Oral arguments before the Ohio Supreme Court are set for Nov. 17 in the case of a member of the Olentangy Board of Education who has accused his four colleagues of circumventing the state’s open meeting laws through electronic communication.
Adam White, who will not seek re-election to the board, has said the case could determine the level of transparency required in government going forward.
“If this court rules that face-to-face meetings are covered under the Sunshine Statute but email meetings are not, it would essentially be ruling that the Sunshine Statute is meaningless,” White writes in his latest brief filed with the court this week. “It would be saying that the Sunshine Statute only covers a tiny percentage of decisions which are made in private face-to-face meetings but not the vast majority of all decisions made electronically these days.”
White claims that a series of emails between the four other board members – who were trying to craft a response to a 2012 Columbus Dispatch editorial critical of a district policy – amounted to an illegal meeting of a public body.
The editorial was in response to a policy the board adopted that required communications between board members and staff to pass through the superintendent or treasurer after White launched an independent investigation into expenditures of two of the district’s athletic directors. One later resigned and both were required to reimburse the district for improper spending.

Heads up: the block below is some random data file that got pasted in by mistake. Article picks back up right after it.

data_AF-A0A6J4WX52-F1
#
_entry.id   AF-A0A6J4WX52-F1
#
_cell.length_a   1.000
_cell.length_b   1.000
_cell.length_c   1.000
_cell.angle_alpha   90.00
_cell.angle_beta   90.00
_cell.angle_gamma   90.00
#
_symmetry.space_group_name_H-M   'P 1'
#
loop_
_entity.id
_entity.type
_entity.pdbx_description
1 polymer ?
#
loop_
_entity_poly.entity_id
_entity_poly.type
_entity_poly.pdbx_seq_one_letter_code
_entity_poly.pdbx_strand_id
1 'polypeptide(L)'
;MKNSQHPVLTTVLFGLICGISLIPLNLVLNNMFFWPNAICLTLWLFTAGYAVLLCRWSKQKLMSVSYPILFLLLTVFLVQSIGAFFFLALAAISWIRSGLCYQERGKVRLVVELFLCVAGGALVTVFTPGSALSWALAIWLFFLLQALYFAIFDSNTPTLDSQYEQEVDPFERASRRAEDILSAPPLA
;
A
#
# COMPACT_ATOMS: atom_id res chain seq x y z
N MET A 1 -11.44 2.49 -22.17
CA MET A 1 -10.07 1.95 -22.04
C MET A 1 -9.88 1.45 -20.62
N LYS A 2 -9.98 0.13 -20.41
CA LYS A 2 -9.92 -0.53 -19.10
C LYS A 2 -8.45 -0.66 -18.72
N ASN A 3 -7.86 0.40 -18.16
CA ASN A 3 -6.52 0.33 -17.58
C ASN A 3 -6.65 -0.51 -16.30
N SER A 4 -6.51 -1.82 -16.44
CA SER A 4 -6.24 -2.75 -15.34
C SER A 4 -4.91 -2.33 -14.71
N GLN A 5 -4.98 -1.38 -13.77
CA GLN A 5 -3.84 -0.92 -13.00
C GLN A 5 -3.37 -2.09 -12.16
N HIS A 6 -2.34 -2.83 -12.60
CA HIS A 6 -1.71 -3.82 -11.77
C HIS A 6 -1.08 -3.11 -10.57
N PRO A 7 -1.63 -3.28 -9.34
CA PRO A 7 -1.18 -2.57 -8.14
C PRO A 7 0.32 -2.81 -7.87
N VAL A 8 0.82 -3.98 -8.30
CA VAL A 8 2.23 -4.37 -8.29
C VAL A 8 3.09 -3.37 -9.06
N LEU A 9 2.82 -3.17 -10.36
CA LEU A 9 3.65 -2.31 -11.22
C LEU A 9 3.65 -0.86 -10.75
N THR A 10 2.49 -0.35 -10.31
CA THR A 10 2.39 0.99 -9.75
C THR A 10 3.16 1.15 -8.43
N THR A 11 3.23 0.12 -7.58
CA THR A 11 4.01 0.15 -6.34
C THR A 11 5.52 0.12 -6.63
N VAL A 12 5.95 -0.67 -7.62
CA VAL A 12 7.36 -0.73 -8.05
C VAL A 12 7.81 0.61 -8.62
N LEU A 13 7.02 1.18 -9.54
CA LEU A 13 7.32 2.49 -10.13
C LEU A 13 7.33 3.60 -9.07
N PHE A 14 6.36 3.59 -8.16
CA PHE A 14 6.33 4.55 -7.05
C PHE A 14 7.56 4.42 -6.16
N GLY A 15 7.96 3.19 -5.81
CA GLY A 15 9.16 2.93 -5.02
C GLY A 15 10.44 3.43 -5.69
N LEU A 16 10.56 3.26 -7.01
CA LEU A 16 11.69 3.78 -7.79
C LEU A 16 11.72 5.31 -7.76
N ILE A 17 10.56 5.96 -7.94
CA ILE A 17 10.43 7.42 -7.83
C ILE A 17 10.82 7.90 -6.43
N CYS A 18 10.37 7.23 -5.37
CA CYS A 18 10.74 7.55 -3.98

Months later, the board voted to endorse the response to the editorial.
White’s colleagues have denied any wrongdoing, and two courts agreed.
The 5th District Court of Appeals upheld a Delaware County Common Pleas Court ruling that dismissed White’s lawsuit against his fellow board members. The court cited a 2002 change in the state’s open meeting laws, which did not address electronic communication between members of a public body. However, the Ohio Supreme Court agreed to hear that case.
White has asked the state’s highest court to “liberally construe” the law.
The “court should not engage in any analysis of the legislative intent in passing the statute but should proceed instead to simply apply the statute as written,” White writes.
Common Cause Ohio, the League of Women Voters of Ohio and the Ohio Coalition for Open Government have thrown their weight behind White’s lawsuit.
White has repeatedly clashed with school officials since taking office in 2012.
In 2012, he accused former Superintendent Wade Lucas of threatening his life during an executive session, an allegation his fellow board members denied. He claimed that following the meeting, he was followed by a group of “menacing-looking individuals” who later followed him in a minivan.
White later brought a personal security guard to meetings, saying he feared for his safety.
He has regularly been the lone “no” vote on board measures, and it is not uncommon for White to vote against approving the board’s agenda at the beginning of meetings.
Dustin Ensinger can be reached at 740-413-0902 or on Twitter @EnsingerDG.